Kobe Bryant // 2002-03 Season
In only six seasons as a professional and about half as many as a legal adult, Kobe Bryant already had three championship rings and five signature shoes to his name.
While some would say if it ain’t broke don’t try to fix it, Kobe was looking for a change. In due time he would become sole star for the Lakers, but in the meantime he was looking for a new sneaker deal.
Following panning of his avant garde Kobe IIs with adidas and return wear to its successor, Jelly Bean Jr. broke his deal with the Three Stripes and pursued sneaker free agency heading into the 2002-03 season.
Breaking the deal with adi in the summer of 2002, Kobe would agree to rotate wears much like VC did so that no solo brand would see too much shine. Conversely, each and every brand would throw Kobe their best shot at signing him the following fall with a slew of samples and PEs.
From Jordan Brand to Reebok, big brands would cook up colorways with only Kobe in mind, playing to Lakers colors and tagging. That year, each major maker had their hands full working outside their in-house roster as they were luring the Los Angeles All-Star and SVSM star LeBron James.
Rotating retros and performance models, the likes of Converse, AND1 and Nike would all get a fair shot at the Black Mamba’s feet over the course of an entire season.
His sneaker free agency was truly revolutionary and you can read all about it here.
Ultimately, Kobe would land at Nike and as they say, the rest is history.
Gilbert Arenas // 2010-11 Season
Gilbert Arenas was cooking the competition during his hot scoring hibachi days in Washington.
The lead man for adidas during an incredible run, Agent Zero had his own signature shoe and even pushed the brand for some of the most creative marketing we’d seen in the early days of the digital age.
However, after a misunderstanding gone wrong that involved bringing an unloaded gun without a license to the locker room, the NBA suspended him and adidas pulled his $40 Million sneaker deal. While all this sucked for the Wizards, adidas and one of the game’s greatest scorers, the longtime sneaker head and lover of fun made the most of it by wearing EVERYTHING before ANYONE was doing it.
A longtime kick connoisseur who wore Flight 89s at Arizona and even balled in Air Max Plus runners as a pro, Gil cleared out his closet by rocking rare retros from Jordan, homages to his hero Penny Hardaway and Reebok Question PEs seldom seen. Not just stunting, his rotation stayed weird by pulling out Under Armour performance pairs, vintage FILAs, Bo Jackson trainers, CMFT Maxes and most famously Dolce and Gabbana designer sneakers.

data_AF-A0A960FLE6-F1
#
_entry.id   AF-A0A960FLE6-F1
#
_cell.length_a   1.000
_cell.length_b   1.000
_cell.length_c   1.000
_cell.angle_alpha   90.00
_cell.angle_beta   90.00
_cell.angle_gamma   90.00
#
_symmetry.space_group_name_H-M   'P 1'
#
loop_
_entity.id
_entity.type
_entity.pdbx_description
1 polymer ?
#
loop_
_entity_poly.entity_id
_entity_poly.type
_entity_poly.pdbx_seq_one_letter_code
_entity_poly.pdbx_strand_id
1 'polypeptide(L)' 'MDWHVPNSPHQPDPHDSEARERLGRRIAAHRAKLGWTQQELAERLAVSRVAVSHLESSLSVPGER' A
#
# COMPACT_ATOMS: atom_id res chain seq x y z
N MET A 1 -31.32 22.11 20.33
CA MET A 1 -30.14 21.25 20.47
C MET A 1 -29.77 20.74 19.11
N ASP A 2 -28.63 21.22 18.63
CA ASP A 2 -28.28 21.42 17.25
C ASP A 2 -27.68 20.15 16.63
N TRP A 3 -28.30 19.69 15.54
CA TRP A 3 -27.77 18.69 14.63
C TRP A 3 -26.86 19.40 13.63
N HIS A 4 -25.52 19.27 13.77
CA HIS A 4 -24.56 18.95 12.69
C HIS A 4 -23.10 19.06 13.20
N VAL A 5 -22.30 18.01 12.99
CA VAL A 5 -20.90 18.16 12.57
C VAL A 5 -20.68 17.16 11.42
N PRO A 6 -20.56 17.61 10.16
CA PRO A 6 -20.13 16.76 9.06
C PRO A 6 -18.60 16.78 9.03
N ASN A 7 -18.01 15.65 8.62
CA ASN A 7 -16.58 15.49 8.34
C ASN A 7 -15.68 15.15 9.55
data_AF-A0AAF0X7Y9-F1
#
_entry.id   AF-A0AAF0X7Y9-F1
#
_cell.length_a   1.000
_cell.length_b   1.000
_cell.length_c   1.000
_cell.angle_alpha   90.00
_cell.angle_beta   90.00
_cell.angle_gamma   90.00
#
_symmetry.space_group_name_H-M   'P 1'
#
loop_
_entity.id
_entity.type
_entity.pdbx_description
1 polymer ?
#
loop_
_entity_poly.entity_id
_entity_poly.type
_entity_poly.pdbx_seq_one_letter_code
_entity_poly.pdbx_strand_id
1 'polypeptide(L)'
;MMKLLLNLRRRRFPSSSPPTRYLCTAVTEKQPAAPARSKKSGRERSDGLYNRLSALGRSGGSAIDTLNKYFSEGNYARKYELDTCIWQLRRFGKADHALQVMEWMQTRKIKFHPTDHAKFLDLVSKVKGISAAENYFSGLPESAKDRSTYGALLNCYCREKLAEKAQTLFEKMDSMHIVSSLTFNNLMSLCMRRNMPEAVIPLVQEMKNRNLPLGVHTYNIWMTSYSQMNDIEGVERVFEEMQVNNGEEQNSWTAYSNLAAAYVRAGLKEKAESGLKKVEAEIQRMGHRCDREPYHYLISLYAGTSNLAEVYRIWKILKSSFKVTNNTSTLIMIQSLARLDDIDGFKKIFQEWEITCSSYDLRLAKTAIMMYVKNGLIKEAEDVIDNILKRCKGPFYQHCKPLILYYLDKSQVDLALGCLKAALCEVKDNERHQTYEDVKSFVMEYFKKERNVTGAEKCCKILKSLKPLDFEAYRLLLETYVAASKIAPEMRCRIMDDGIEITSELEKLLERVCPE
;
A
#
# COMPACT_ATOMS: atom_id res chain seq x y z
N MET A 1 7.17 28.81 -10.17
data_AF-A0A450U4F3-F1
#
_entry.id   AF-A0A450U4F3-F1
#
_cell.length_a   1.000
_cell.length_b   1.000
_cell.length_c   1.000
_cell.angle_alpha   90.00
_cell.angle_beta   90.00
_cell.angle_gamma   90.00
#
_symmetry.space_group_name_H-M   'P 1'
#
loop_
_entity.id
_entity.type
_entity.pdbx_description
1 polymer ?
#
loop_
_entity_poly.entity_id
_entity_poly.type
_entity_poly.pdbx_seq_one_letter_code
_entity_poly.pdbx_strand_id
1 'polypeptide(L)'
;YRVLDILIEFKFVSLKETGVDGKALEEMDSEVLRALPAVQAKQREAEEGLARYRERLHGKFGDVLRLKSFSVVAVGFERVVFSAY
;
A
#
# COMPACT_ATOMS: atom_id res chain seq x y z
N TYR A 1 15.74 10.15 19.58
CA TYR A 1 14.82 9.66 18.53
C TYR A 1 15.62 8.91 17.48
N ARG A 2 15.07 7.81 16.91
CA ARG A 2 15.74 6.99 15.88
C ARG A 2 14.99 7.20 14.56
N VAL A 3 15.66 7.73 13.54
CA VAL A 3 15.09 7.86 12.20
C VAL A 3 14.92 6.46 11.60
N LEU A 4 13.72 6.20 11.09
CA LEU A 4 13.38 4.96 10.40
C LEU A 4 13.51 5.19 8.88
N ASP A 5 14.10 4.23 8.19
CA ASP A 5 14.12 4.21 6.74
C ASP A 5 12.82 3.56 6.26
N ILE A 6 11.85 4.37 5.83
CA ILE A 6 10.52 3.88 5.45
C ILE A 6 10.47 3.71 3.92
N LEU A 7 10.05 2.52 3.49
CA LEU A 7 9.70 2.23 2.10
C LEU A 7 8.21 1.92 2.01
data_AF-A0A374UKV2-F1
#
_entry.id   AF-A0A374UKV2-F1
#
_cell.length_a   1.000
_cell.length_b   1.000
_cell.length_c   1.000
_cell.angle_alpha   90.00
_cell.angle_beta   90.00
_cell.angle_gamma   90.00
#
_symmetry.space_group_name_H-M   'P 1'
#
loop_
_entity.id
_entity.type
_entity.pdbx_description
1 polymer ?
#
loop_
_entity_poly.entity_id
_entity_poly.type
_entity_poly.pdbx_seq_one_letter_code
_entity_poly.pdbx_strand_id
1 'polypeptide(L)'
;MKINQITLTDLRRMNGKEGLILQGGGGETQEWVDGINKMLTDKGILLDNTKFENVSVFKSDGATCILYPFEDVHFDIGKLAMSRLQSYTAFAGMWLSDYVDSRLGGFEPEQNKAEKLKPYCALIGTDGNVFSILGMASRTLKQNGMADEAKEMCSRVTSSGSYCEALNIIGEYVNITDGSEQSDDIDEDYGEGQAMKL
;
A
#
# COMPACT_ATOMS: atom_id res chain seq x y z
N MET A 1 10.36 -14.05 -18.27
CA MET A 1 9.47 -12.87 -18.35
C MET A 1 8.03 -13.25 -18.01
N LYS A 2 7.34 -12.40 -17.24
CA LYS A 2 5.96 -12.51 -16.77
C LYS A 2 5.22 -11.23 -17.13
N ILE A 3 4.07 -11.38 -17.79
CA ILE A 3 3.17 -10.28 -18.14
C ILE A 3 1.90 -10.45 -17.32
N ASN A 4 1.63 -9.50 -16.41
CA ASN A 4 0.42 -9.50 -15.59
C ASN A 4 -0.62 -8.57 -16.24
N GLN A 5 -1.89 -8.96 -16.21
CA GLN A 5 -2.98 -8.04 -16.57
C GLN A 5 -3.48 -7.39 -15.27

Now retired from the NBA, Agent Zero and the Three Stripes appear to be on good terms now as Arenas often wears adi on his amazing podcast and laced up Hardens in much of his rookie BIG3 season.
Nick “Swaggy P” Young // 2015 Pre-Season
Belonging on the Kicks On Court Mount Rushmore next to the likes of PJ Tucker, Nate Robinson and Gilbert Arenas is most obviously Nick Young.
Like Tucker, Swaggy P took on court style to a whole new realm by rocking retro and OG sneakers from Nike that the world never thought would hit an NBA hardwood – at least not this decade.
Like Tucker, his Nike contract would expire during the height of his heat. Heading into the 2015-16 NBA Season, Young’s contract with Nike was ending. At this point in his career, he was playing some of his best basketball in LA, debuting Kobes while the Black Mamba was sidelined and dating Iggy Azalea.
Young was popping on SportsCenter, TMZ and CSS, proving one of the most fashionable and funny players the league had ever seen. Still, would Nike pay him?
Testing the market as a sneaker free agent during the 2015 pre-season, Young would show up to NBA Media Day in Nike Kobes and rotate retros from Jordan, Reebok and even FILA as the Lakers prepped for a hopeful playoff push. At the same time, adidas was making major strides in lifestyle and performance with the launch of Kanye West’s Yeezy line and the rise of Boost technology.
As a free agent, Young would be seen in “Turtle Dove” 350s off the court and Crazylight Boost on the court. In December of 2015, it would all become official when Young signed with the Three Stripes and had Twitter going nuts by hooping in the Yeezy Boost 750s.
Later that month, Kanye would shout Young out in “FACTS” and the Three Stripes would support Young with PEs, retail activations and plenty of heat during his days in LA and championship run with the Warriors.
In the time since, modern Kicks On Court stars on the rise like Montrezl Harrell and Taureen Prince have gone the free agent route and rotated brands while on court.
So, will PJ play the market or will Nike re-up the Rocket with rarities and give him his worth? We hope the best for PJ more than anything, but are excited at the possibility of him playing in everything.